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SXSW: Stepping Out Of The Screen

by Stephen Becker 13 Mar 2016 9:52 PM

The subjects of the documentary “Tower” take the stage as heroes in the flesh.


AUSTIN – One of the pleasures of attending a SXSW film screening is the director is nearly always in attendance. And if it’s a world premiere, the cast is usually there, too.

When you’re sitting in that theater, you know intellectually that these are all real people – how else would they make the movie? But I’ve found that sometimes my brain can be kinda surprised when the lights come up and the person I’ve been watching on screen for the last 90 minutes is actually standing in front of me in the flesh.

That was the case for me here in 2012 after a screening of “Searching for Sugar Man,” the Oscar-winning documentary about the 1960s folk singer known as Rodriguez. Half the film you’re wondering if he’s even still alive, and then when it was over he just walked out there on stage. It was like we’d witnessed a resurrection.

I had a similar feeling on Sunday at a screening for “Tower,” which remembers the events of Aug. 1, 1966, on the University of Texas campus. The film was made by Plano native and current Austin resident Keith Maitland and details nearly in real-time those horrific 96 minutes that left 14 innocent people dead around the school’s iconic building.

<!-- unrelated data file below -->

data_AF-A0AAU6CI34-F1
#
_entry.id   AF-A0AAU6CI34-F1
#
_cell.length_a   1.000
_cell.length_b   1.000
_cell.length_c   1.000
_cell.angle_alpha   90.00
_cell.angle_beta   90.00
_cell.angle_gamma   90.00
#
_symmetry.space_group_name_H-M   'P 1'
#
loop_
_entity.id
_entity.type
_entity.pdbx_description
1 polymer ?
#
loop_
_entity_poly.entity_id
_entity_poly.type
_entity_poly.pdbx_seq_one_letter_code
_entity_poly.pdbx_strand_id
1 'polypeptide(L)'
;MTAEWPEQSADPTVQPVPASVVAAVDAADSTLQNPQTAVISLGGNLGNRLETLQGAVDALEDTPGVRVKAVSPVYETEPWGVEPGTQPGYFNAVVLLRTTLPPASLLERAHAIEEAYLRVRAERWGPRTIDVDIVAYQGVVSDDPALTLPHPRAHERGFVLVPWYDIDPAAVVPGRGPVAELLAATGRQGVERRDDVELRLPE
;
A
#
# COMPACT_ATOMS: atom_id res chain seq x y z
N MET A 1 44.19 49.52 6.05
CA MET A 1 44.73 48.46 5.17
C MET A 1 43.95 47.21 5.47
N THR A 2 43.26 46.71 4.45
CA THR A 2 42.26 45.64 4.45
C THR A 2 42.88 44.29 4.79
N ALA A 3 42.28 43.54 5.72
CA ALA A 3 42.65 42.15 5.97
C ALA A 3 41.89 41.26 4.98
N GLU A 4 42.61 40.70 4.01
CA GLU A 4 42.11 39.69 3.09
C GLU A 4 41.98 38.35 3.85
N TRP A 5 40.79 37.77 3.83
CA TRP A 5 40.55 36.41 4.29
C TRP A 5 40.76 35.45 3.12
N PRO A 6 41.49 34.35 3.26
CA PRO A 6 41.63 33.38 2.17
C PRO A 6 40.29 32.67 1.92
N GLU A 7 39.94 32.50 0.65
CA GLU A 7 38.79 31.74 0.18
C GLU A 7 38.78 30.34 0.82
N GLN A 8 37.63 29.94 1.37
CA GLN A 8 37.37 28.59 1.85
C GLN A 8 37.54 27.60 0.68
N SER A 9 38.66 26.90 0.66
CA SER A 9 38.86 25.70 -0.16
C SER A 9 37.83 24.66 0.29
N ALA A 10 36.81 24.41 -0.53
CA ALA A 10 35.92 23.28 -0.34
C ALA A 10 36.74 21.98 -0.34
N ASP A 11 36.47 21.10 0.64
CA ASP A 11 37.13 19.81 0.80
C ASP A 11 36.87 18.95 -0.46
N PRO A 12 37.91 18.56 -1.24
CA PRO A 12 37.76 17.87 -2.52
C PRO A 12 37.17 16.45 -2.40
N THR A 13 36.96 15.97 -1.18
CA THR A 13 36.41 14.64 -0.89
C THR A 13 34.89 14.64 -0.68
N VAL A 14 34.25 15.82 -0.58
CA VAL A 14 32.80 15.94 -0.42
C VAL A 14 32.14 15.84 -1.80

What I expected to be a story of tragedy was in reality an inspiring meditation on the heroism of everyday people. It’s one of the most visceral experiences I’ve ever had at the festival, my head left spinning once the house lights flipped on.

Seconds later, up to the stage walks Artly Snuff, the one-time UT student who risked his life to carry Claire Wilson James to safety after she was struck by Charles Whitman’s first hit. Then James herself bounded up the stairs – a Dallas native who saw both her boyfriend and her unborn child perish on that day. Also in attendance: Ramiro Martinez, one of three police officers who ascended the tower and put an end to Whitman’s murder spree.

They were the heroes of that day 50 years ago this year, and – cliche as it may sound – it was an honor to be in their presence.

Check back to this space for a full interview with Maitland closer to the Dallas International Film Festival screening of “Tower” in April.